A much-debated mixed-use development in Midlothian first proposed in 2015 has secured the approval it needed to become reality.
Following months of proposals, revisions and negotiations with county staff and the community, the long-delayed Winterfield Crossing now moves ahead as Chesterfield County supervisors voted unanimously Wednesday to approve locally based Blackwood Development’s request to rezone the project’s 25-acre site along Midlothian Turnpike west of Winterfield Road.
That clears the way for the development’s mix of 250 age-restricted apartments and 100,000 square feet of commercial space designed to be pedestrian-friendly with a village-style layout.
The latest iteration of the project was given a thumbs-down in January by the county planning commission, which said it failed to address traffic impact concerns or integrate its mix of uses into a village-style design. Following multiple deferrals, the most recent last month, the project was further revised in response to those concerns, which supervisors said had been met to their satisfaction.
“I have to say thank you to all of those people who came together,” Midlothian District Supervisor Leslie Haley said before motioning for approval. “I’m proud to support this development.”
“Thank you for not giving up on this case, because there have been a lot of changes and iterations,” said Andrew Condlin, an attorney with Roth Jackson who represented Blackwood in the case.
Among the most recent changes were the redesign of a roundabout at the entrance off the turnpike, decreased buffers along the turnpike to bring buildings closer to it and increase their visibility, and the removal of apartments previously proposed above retail in some of the buildings.
Commercial tenant spaces would be restricted in size, and any fast-food restaurants that locate in the development would have to be located in shared buildings and would not be allowed standalone structures.
A grocery anchor is proposed – renderings have shown an Aldi – and the 250 apartments, restricted to ages 55 and up, would be built farthest from the turnpike, on the northern side of the property along a bordering railway.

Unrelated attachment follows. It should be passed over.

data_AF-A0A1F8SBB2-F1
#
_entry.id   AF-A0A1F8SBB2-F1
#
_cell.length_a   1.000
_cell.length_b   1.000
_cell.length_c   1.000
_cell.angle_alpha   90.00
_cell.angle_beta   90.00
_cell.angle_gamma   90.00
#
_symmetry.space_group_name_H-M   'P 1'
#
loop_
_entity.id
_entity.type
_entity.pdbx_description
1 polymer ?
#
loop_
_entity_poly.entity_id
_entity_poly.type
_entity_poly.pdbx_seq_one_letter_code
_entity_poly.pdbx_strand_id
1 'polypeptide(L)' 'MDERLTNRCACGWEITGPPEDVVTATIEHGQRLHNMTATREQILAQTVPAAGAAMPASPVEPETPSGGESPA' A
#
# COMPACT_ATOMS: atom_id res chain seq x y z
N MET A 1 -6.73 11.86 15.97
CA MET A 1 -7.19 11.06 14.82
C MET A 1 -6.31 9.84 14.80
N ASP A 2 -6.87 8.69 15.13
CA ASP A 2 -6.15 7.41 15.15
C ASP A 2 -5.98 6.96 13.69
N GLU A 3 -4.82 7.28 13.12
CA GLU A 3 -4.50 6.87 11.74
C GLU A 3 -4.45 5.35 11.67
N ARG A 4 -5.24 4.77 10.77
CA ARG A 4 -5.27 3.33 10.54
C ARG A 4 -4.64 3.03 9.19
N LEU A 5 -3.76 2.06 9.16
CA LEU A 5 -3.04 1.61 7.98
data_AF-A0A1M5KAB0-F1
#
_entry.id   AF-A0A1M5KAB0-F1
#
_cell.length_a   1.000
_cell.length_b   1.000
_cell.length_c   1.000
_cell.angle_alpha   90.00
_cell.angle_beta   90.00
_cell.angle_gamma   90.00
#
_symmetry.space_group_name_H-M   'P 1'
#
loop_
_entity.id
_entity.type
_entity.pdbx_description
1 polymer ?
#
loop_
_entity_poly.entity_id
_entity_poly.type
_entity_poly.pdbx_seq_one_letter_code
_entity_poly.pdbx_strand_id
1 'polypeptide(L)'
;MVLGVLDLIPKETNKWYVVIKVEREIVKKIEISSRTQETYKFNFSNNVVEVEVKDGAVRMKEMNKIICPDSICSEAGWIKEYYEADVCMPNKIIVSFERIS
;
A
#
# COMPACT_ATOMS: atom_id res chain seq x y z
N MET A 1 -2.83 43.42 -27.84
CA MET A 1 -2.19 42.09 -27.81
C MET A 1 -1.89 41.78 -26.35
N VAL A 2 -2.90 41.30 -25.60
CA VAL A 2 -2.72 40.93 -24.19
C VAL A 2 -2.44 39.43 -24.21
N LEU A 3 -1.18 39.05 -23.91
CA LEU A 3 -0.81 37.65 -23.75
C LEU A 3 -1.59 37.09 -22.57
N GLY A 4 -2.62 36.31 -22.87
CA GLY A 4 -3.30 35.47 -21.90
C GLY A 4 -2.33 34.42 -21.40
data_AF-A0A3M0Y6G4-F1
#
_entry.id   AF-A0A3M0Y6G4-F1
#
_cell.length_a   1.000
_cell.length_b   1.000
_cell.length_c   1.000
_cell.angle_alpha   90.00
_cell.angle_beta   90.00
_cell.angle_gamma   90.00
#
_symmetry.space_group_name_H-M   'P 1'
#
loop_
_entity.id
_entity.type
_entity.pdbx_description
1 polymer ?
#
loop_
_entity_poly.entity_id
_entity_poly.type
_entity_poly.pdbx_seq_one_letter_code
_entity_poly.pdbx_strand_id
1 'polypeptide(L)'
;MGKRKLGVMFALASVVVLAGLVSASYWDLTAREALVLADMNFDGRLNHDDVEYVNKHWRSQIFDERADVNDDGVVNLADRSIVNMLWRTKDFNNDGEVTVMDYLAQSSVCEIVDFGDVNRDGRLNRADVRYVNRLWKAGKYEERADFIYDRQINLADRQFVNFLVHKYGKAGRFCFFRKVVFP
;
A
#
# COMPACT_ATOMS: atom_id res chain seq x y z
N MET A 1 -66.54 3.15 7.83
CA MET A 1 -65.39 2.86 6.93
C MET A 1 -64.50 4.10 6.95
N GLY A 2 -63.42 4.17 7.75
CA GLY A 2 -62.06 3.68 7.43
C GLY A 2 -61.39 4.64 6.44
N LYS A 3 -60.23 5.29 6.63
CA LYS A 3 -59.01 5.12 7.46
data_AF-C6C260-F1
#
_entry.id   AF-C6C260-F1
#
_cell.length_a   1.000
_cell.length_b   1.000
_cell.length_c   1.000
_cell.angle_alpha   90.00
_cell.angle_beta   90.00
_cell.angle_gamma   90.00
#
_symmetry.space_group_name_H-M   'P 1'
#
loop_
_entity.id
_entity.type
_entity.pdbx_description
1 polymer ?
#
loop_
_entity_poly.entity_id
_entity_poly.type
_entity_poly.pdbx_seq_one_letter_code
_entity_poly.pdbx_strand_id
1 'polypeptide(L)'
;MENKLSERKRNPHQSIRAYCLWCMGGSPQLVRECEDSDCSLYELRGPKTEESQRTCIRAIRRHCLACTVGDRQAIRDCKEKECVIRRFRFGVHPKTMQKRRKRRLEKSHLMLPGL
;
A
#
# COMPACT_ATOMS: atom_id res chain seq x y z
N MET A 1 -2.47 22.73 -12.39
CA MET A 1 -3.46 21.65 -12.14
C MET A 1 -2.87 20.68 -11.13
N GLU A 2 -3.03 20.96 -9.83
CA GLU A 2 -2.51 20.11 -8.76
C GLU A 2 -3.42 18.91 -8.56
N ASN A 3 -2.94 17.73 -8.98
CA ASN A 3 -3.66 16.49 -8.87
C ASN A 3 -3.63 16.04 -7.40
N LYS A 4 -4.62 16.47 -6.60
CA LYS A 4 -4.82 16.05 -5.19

Condlin and county planning staff mentioned planned amenities including a brewery, promenade and gathering spaces. Condlin said a three-story office building in the center of the development would provide co-working space.
Condlin said the project is estimated to cost $40 million. Ashland-based Perretz & Young is the architect, and the designs were drawn up by Midlothian firm Timmons Kelley Architects.
Other local firms on the job include Higgins & Gerstenmaier, which provided signage planning, Timmons Group, which provided conceptual site design, and AES Consulting Engineers, which is providing civil site design and land planning support.
Blackwood purchased the site in 2012 for $2 million. The land is part of a 58-acre area once slated for a mixed-use project called Midlothian Town Center, which fell into foreclosure in the wake of the recession. Pieces of that land were picked up by Blackwood and fellow Midlothian-based developer Rebkee Co., which is developing the nearby Winterfield Park across the railroad tracks.
Developer Guy Blundon, who spoke in favor of the project during a public hearing, is planning a nearly 250-unit apartment complex on 8 acres next to the site. Work on those buildings is set to start later this summer.
Winterfield Crossing still needs site plan approval before construction could begin, but the rezoning clears the path for the project to go forward.
Amy Satterfield, president of the Midlothian Village Volunteer Coalition, which worked with Blackwood and the county on the revisions, said the citizens group supports the development.
“We now agree that this development honors the existing zoning and supports Midlothian Village as a whole,” she said.